MSc student, Daniela Wulf, discusses why she studies Political Sociology.


My first tentative encounters with politics occurred rather late in my teenage years and consisted of watching political debates on television. They were imposed upon me as a desperate teacher’s measure to fight the acute lack of general knowledge exhibited by his students. Since debates about the latest government policy were not exactly a priority among those who made up my social environment, I was blissfully unaware of much of the world and its problems for a large part of my life. When I decided it was time to see a bit further than the end of my nose, I was irked by how political debate, whether on television, at the dinner table, in the class room or even in parliament, often seemed replete with rhetoric based on rigid ideologies rather than facts. Participants always appeared to find data to support their cause, even when this directly contradicted the data cited by their adversaries. The contradictory nature of the arguments and the pertinacity with which each side defended their position left me confused and dissatisfied.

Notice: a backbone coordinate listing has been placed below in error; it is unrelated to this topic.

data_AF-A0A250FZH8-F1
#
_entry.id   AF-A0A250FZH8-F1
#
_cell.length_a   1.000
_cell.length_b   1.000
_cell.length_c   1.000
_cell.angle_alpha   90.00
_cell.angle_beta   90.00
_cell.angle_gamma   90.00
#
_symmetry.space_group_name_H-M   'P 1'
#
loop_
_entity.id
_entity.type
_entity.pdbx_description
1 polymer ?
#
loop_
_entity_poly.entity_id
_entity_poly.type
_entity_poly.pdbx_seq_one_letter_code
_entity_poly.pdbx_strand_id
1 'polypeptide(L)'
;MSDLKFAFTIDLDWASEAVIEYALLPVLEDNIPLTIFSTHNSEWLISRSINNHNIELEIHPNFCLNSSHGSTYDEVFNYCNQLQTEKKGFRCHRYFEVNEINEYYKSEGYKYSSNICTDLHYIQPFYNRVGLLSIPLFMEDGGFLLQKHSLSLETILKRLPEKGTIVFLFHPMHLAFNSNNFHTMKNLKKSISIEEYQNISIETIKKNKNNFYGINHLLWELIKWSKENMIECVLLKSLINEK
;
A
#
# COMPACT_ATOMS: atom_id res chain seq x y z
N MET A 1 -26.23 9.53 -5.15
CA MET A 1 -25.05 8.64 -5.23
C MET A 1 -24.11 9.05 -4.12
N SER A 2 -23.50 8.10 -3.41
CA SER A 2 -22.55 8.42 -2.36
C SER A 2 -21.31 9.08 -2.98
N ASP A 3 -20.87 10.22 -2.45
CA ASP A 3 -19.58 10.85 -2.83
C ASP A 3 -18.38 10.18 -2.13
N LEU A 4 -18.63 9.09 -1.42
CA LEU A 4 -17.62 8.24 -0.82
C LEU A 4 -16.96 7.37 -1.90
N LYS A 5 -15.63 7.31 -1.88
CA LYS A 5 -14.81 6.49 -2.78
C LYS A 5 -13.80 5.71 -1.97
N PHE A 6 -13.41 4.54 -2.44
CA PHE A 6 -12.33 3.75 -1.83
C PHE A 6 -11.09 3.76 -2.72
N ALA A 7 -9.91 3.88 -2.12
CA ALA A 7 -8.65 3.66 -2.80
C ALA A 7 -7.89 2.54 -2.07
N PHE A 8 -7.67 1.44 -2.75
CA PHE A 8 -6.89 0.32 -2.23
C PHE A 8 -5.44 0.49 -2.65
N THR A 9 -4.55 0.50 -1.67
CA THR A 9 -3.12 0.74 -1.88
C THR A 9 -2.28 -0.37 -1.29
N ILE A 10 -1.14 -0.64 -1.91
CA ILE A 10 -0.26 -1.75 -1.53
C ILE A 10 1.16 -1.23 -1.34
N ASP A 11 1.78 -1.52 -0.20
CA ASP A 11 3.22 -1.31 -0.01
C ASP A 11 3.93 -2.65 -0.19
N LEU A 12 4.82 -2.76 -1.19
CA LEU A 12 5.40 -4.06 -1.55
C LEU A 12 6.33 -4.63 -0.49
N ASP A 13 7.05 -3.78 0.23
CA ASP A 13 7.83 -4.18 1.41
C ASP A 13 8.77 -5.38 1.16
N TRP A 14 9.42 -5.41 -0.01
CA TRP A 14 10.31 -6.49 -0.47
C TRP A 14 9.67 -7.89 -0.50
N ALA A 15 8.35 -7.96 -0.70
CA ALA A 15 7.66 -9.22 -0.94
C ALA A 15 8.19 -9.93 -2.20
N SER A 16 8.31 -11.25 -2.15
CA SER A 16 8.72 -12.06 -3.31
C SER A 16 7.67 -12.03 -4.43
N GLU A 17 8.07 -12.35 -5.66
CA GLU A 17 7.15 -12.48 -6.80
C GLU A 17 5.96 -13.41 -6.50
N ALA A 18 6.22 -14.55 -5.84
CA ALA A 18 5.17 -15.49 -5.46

As a result of my dissatisfaction with ideological debate and after watching The Green Wave, a disturbing documentary about the violence against protesters following the 2009 presidential elections in Iran, I became fascinated with those mysterious organisations always referenced on the 8 p.m. news as a source of data on human rights violations. Where did the data come from? Who collected it? How was it analysed? I felt that the answers to such questions would provide me with the tools necessary to challenge the statements made by politicians and teachers and weigh them against each other. In sum, my thought process may have been somewhat akin to a search for “the truth,” and even though I no longer believe that there is such a thing as “the truth,” it does seem important to have the tools to determine what the truth is not.